How to GUI in Defold

How to GUI in Defold


:star2: Hello! I’m Insality :star2:

In this thread, I’ll be sharing some notes on How to make GUI in Defold. I’ve been working with Defold for over 6 years now, and during this time, I’ve gained a lot of experience with GUI. I hope some of my notes can be helpful for you! Feel free to share your own tips and notes as well.

A big part of this section will be about Druid, as I believe it can make your GUI life much easier if you use it correctly.

Please note that everything I mention here is based on my opinion and my best practices. You may have a different approach, which is also good. Feel free to share your experiences too! Let’s build the good user experience manual about GUI in Defold.

GUI Layout

This section is about the overall GUI layout in Defold without any library. I’ll share my workflow with GUI and some tips that can be applied to make GUI layouts for game scenes, game windows, Druid components, and other UI elements.

How To Layout

Root Node

Every GUI file in the project should have a root node, and only this node should be at the top of the GUI hierarchy. The presence of a root node offers several advantages, including easier transformation, convenient control and simplified management of the GUI elements within the hierarchy. By maintaining a consistent practice of including a root node, you can ensure better organization and efficiency when working with GUI layouts throughout your project.

This root node usually has an empty texture, is not visible, has a stretched adjust mode, and is placed in the center of the GUI (it’s applied for game scenes and game windows).

The stretch adjust mode helps to keep this node always in the center of the game screen without any code.

Also, this root node is always defined in any gui_script or Druid component. So the root node is always accessible to the component.

The node size of the root is always shows the content size and should be changed if content size is changed.


For game scenes and several game windows, I always use anchor nodes. An anchor node is an empty node with a stretched adjust mode that is placed inside the root or another anchor node, positioned at the border of the game screen.

For example, if root are placed at (800:600), the position of the NE_Anchor will also be (800:600) (the top right corner). It will always be in this corner, no matter the screen dimensions.

Anchor Naming

Anchor node have special node naming style for easier catch nodes by eyes.
Examples: N_Anchor or SE_Anchor.

Why Anchors Is Useful: Layouts

If I have the anchors in my GUI scene and I have to add different layout for this GUI screen. The only thing I have to do is override the position of root and anchor nodes to keep the layout generaly the same. It can be useful for different layout like portrait or landscape.

Also can be useful on GUI scene refactor if for some reason you have to change screen dimension only for this screen.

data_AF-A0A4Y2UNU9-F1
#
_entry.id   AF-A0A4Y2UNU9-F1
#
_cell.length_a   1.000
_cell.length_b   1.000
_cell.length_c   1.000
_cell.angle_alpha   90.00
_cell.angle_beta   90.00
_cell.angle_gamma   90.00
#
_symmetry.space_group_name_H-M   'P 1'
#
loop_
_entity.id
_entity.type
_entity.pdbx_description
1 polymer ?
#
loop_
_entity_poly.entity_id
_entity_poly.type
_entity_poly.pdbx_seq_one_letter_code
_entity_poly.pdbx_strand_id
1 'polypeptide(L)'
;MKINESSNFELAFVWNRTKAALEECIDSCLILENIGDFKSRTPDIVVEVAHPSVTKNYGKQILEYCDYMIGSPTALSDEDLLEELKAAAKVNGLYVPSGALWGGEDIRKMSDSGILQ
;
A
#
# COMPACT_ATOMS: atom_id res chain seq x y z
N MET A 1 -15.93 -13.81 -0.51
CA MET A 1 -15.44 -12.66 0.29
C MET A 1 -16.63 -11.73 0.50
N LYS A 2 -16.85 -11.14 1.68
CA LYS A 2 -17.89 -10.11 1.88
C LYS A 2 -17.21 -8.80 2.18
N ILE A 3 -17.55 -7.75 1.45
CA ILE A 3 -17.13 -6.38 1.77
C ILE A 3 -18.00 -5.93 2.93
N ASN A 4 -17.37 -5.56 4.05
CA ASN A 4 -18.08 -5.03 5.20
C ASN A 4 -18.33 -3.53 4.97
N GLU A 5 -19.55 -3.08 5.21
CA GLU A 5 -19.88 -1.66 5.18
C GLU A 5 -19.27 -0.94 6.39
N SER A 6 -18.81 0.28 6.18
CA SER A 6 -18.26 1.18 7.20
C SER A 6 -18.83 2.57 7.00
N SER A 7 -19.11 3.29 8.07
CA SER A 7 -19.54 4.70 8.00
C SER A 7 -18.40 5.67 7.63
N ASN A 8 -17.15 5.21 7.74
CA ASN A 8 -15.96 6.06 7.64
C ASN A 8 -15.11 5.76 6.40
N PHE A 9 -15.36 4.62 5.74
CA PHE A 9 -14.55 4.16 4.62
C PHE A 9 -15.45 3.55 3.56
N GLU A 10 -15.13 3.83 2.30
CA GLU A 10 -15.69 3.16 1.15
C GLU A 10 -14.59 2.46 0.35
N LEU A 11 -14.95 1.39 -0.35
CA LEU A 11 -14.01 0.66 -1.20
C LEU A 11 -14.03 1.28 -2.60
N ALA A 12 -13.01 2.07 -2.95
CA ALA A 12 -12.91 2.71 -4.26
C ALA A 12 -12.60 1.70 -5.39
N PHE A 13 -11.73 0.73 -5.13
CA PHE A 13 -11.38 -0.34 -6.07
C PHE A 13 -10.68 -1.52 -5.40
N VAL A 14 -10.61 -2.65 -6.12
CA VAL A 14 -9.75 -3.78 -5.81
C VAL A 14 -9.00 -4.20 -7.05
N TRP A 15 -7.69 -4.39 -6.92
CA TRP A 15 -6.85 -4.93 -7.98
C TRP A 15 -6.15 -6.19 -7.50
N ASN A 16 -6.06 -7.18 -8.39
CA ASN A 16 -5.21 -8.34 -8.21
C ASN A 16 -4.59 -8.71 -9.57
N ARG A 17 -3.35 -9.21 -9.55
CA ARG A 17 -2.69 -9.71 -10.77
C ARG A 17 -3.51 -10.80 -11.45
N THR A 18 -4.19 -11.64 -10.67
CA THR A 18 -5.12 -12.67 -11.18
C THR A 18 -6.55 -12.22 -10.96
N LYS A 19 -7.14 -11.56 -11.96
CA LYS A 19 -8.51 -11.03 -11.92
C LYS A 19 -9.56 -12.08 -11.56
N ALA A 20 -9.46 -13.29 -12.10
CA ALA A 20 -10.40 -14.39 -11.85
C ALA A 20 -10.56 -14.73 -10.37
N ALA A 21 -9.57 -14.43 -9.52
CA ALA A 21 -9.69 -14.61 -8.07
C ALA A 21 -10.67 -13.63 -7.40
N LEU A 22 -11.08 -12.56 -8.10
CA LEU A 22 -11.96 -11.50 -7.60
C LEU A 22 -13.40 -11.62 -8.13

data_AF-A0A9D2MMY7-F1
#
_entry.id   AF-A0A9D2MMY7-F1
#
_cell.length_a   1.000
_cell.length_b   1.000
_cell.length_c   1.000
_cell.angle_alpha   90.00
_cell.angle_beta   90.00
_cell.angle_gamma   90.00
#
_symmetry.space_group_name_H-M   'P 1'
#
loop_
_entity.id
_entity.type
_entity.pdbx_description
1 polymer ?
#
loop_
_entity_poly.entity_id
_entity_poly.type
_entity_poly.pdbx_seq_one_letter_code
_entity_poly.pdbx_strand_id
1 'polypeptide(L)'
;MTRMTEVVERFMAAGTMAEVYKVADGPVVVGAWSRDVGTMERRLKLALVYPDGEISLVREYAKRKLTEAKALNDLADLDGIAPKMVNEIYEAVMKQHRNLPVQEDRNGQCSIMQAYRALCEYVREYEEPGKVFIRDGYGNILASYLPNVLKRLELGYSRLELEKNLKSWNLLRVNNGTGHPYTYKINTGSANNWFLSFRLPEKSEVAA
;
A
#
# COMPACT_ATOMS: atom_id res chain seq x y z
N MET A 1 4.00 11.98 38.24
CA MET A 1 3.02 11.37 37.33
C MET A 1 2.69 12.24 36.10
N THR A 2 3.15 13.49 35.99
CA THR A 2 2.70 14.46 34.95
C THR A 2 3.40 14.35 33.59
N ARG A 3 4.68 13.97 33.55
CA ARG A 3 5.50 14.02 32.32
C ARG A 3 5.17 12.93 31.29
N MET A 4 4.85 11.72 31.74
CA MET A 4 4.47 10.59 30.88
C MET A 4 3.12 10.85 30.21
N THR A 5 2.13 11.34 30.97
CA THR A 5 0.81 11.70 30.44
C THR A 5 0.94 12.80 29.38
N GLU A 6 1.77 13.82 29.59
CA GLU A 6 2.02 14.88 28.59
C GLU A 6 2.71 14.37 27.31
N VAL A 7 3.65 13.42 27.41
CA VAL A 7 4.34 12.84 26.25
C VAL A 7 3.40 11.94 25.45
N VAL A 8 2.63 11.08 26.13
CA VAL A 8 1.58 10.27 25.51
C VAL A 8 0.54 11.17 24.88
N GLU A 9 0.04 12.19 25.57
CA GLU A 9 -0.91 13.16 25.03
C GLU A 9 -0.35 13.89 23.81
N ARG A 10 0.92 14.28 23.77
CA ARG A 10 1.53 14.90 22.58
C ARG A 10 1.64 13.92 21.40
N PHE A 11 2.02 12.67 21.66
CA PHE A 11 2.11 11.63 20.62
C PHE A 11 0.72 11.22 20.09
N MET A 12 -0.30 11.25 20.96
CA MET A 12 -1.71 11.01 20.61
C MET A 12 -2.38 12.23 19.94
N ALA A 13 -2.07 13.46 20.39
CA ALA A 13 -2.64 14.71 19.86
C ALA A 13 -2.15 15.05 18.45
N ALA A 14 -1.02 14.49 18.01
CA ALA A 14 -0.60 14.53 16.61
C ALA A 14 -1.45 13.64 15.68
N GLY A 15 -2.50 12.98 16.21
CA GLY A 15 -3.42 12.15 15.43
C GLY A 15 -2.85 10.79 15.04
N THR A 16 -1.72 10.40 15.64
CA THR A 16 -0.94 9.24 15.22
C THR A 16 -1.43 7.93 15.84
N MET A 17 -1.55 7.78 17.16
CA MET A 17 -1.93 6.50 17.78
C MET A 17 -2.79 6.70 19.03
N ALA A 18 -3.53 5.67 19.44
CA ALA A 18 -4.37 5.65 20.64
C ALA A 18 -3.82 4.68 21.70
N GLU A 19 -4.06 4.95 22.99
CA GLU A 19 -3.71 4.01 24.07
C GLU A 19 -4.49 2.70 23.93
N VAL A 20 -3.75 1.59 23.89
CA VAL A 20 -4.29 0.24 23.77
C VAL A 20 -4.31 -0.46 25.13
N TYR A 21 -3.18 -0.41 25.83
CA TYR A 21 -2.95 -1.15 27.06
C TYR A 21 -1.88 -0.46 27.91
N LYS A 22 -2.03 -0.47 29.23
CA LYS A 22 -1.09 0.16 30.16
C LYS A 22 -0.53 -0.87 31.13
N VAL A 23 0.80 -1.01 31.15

Why Anchors Is Useful: Insets

If I have anchors in GUI scene, it’s easy to manage the mobile devices insets with safearea extension.

How it looks in my code:

Note: luax is a helper file with some extended functions

local insets = safearea.get_insets()
luax.gui.add_y(gui.get_node("N_Anchor"),  /  2)
luax.gui.add_x(gui.get_node("SW_Anchor"), insets.left  /  2)
luax.gui.add_x(gui.get_node("NE_Anchor"), -insets.right  /  2)
luax.gui.add_x(gui.get_node("SE_Anchor"), -insets.right  /  2)

Why It Is Useful: GUI Upscale Limit

By including anchors in a GUI scene, I can easily manage the GUI upscale for different devices. For example, I usually work with GUI for mobile devices, but sometimes I need it to render well on desktop or tablet devices.

To calculate the overall GUI upscale for the current device screen and set a limit for it, I use Anchor nodes and the Druid Layout component.

The following code shows how I set the maximum GUI upscale using the Druid Layout component:


Here is an example of how the GUI upscale limit works. This is the screenshots with GUI upscale turn on/off from my desktop:

GUI Nodes Naming

To facilitate rapid navigation through a GUI scene, I use several naming conventions for GUI nodes. You may find these helpful or you can develop your own conventions.

  • Text nodes: All text nodes start with text_ (example: text_header)
  • Button nodes: All button nodes start with button_ (example: button_agree)
  • Icon nodes: All icon nodes start with icon_ (example: icon_money)
  • Group nodes: All group nodes usually start with info_ (example: info_buttons Sounds like it should be group_, but I use info_ prefix for some reason)
  • Prefab nodes: All prefab nodes start with prefab_ (example: prefab_card_item)
  • Particle or effect nodes: All particle or effect nodes start with fx_ (example: fx_flashlight)
  • Background nodes: Background nodes usually start with background_ (example: background_small)
  • Panel nodes: Panel nodes usually start with panel_ (example: panel_experience)
  • Basic Druid components: Some commonly used components always have a prefix, such as scroll_, grid_, progress_, etc (example: scroll_buttons, grid_items)